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Nawazuddin Siddiqui: “As A Dark-skinned Economically Backward Individual I’ve Suffered Discrimination All My Life”



Nawazuddin Siddiqui 

Nawazuddin Siddiqui who is one  of Indian cinema’s most celebrated actors startled  this writer  by  speaking forthrightly  about the discrimination and  oppression he  faced  in his  community  for being  dark-skinned, shirt  and a Muslim

And he continues to be discriminated  against, says Nawaz!  “Please name  me  one dark-skinned superstar in  Bollywood.”

You? I  suggest.

“Well, thank you  for saying that.  But there’s still a  truckload of  discrimination against  dark-skinned actors in Bollywood.Hollywood  has  gotten over that  prejudice.They  have black superstars  like Will Smith,  Idris Elba, Kevin Hart  and  the late Chadwick Boseman alongside  Tom Cruise  and  Chris  Hemsworth.In India   dark-skinned  actors  are  always  cast in a particular  kind of role.If you  see my career –graph  so far, I am always  playing  gangsters and  killers wearing shabby  clothes . The  tuxedo look and suave moves are  for  the gora fair-skinned stars. For  the dark skinned  darkness is the chosen  colour in  life as in cinema.Which is  why when I started  dressing up for Cannes and other international  film festivals it  was an  out-of-body experience  for me.”

Nawaz points out  the colour discrimination in Indian  society. “It is  specially applicable to women. If a  man has two daughters, one fair-skinned  and the  other dark  he  will  not stop singing the fair-skinned’s praise whereas  the dark one gets frowned at no matter how much she excels. I  faced this  prejudice in  my native  village Budhana in Uttar  Pradesh. I was  short  and dark  and therefore considered  a good-for-nothing. All the  other men in my family are  tall  not-dark and  handsome,”  laughs Nawaz.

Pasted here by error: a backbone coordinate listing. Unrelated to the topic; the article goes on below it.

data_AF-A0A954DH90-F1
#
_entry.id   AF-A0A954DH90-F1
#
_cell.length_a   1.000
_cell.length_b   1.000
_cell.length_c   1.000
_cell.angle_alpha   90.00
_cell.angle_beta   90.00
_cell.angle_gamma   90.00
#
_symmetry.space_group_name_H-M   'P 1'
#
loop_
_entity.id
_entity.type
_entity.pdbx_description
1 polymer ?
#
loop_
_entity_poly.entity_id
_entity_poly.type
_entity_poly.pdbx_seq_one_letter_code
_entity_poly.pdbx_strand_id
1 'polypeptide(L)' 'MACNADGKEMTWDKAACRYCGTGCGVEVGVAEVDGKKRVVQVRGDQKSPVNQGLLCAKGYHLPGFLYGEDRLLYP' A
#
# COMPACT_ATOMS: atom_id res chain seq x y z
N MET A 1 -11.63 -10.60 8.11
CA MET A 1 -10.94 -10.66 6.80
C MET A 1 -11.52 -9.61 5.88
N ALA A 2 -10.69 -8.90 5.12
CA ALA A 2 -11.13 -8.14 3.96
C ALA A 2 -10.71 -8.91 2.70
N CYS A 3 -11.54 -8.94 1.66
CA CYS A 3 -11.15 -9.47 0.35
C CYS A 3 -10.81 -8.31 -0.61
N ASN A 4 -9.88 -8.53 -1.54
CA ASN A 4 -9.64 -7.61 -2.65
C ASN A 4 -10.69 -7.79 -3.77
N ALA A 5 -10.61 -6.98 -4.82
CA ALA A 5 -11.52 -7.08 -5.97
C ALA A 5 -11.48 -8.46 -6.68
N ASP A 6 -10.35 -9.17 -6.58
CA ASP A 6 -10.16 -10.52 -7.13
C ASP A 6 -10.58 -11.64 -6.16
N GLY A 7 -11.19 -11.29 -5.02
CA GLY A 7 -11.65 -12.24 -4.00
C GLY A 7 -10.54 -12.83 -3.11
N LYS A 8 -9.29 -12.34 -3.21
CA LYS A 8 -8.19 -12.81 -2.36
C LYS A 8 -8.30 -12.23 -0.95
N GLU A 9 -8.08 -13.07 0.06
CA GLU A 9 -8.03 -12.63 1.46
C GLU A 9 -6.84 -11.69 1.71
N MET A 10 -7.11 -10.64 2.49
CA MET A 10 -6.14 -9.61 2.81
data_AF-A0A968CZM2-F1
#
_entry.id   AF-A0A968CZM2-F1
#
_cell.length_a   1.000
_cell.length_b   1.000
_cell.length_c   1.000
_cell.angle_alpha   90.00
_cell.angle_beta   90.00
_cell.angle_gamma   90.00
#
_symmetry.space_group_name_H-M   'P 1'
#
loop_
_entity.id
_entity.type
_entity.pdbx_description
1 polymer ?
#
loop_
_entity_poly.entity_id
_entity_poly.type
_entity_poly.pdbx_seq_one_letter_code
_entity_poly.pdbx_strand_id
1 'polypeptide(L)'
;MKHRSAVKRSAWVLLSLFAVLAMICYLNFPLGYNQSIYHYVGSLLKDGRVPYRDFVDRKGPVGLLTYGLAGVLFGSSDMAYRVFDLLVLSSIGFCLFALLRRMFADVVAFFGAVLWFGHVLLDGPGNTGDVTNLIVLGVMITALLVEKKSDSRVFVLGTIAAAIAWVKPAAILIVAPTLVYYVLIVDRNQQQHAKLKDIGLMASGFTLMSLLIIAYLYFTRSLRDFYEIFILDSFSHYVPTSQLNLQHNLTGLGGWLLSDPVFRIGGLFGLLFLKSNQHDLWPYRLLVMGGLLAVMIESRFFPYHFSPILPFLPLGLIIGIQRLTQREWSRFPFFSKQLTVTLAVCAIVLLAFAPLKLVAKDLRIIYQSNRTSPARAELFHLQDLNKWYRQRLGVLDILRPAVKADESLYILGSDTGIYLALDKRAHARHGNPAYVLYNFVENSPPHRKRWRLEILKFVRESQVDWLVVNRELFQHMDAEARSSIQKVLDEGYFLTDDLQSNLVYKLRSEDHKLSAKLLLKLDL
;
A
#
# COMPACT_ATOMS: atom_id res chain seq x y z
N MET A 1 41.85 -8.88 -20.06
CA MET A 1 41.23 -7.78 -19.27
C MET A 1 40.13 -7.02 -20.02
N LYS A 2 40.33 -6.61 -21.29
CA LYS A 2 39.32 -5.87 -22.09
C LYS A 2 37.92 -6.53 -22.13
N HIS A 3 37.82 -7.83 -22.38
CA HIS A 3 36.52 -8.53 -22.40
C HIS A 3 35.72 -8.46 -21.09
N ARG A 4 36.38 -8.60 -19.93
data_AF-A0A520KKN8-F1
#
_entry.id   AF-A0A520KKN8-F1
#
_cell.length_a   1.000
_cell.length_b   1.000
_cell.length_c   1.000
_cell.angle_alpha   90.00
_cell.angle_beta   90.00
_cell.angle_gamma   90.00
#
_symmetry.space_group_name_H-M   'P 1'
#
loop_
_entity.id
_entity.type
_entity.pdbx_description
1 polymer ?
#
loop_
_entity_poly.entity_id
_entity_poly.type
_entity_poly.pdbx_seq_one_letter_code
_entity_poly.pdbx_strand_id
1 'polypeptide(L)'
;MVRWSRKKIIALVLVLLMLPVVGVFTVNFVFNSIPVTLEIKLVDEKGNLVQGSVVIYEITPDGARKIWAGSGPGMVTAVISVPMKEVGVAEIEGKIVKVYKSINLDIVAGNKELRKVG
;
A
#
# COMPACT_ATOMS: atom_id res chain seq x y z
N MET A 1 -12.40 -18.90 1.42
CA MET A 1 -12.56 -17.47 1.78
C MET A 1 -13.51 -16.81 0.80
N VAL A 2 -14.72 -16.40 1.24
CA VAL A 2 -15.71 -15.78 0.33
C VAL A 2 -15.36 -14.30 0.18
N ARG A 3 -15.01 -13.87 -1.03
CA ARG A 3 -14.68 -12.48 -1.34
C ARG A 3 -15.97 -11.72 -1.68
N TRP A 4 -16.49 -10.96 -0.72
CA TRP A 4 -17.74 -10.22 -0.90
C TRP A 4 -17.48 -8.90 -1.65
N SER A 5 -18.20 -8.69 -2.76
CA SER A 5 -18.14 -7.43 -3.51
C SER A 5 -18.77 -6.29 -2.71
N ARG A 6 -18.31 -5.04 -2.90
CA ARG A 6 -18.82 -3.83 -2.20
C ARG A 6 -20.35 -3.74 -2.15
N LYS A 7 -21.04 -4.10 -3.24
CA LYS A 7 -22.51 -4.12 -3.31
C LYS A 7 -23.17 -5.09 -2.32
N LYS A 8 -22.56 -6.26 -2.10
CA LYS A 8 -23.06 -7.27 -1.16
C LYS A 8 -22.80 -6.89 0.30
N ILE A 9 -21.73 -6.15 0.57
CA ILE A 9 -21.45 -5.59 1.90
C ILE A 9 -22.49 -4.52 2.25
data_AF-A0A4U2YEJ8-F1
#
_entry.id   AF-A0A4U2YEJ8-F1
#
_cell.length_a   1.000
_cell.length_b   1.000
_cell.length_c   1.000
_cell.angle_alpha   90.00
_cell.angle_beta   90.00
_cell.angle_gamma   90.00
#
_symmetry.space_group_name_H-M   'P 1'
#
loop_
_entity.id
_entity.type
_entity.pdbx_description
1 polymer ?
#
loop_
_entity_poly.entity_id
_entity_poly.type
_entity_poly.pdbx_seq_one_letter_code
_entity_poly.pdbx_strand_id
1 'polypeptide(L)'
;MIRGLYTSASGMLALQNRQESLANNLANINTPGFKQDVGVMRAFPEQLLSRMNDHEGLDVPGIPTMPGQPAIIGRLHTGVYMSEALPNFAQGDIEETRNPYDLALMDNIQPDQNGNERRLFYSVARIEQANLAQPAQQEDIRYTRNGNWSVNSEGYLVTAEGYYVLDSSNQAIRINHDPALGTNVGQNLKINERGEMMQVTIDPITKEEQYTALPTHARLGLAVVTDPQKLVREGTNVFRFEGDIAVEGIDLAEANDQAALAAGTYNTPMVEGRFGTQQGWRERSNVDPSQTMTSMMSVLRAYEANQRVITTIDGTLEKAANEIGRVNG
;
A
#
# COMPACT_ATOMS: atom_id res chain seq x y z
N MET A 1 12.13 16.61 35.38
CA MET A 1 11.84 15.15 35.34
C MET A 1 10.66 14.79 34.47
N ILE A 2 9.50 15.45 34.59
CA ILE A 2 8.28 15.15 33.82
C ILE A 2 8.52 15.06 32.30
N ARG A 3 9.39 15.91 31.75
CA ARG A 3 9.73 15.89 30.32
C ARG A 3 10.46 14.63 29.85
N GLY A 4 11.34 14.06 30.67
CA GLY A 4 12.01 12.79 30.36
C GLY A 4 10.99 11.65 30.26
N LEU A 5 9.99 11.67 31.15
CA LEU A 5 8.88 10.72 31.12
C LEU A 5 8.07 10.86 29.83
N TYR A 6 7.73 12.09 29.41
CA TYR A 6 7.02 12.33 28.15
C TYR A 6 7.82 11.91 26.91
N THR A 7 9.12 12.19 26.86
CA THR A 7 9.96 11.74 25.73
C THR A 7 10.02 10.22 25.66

“I guess  I’ve taken after my grandmother who  was  short and dark. I had to hear taunts from my relatives  day-in and out. Also  , though we  were zamindars(landlords)  my family owned far less land  than  others in  our village. We were  always  shown  our place  at weddings and other gatherings  . We’d get invitations. But we would be subjected  to  a rigorous criticism  that left  many  like me scarred  for  life.  I  knew I had to escape  that life, just like my character in my  new webseries  Serious Men(directed by Sudhir Mishra). The character  I play  is a Dalit(a socially and economically  backward caste  in India). But he could have been  any oppressed individual in India  wanting  a  better  life  for his  son.And  a better life means,  good education. But  then, even if you escape the  oppression granted to  you by fate  and  your fraternity you don’t necessarily  get acknowledgement for your achievements.”

Now  a major  actor in Bollywood,Nawaz  is  still the same  wastrel  to  some of his village  folk. “Nothing has changed in  their minds. How could it ?  If they  see  a man walk out of his oppressed  existence  onto the other  side  , they  turn a blind eye. The status quo  must not be changed. So  even now for a  part of my village fraternity I am  still the dark-skinned short ugly  Nawaz who can do nothing  with his life. When they  are  told  about my achievements they sneeringly dismiss them as  myths.  One  of  my cousins is  so rigidly  opposed to the  idea of me making anything  of my life that  he refused to believe  that was me on  screen. In the one rickety  theatre in  my village my  film Gangs  Of  Wasseypur(the  highly-acclaimed   Anurag Kashyap  directed crime drama which catapulted Nawazuddin  to  stardom)  was  screened. Almost  the entire  village  went to see it. My cousin also went. After the film he declared that the man  on the screen  was someone else, a lookalike. He  refuses  to accept that I have made something  of my life.”

 How   does  Nawaz react to this kind of blind incurable  prejudice?  “I believe  what Nelson Mandela  once said, ‘Our world is  not divided by race, color, gender, or religion. Our world is divided   into wise people  and fools.And fools divide themselves by race, color, gender or religion.’  I’ve seen the kind  of  fame  and fortune that I’ve never dreamt  of. Today the same Nawaz  who  is considered short,  dark and ugly in his village  is  called handsome  in the international media. I supposed success changes the  perception  of beauty.When  you are a  success  everything about  you is  appreciated.But for those who wanted to make  sure I remain downtrodden I’ll  always be  down  there.”

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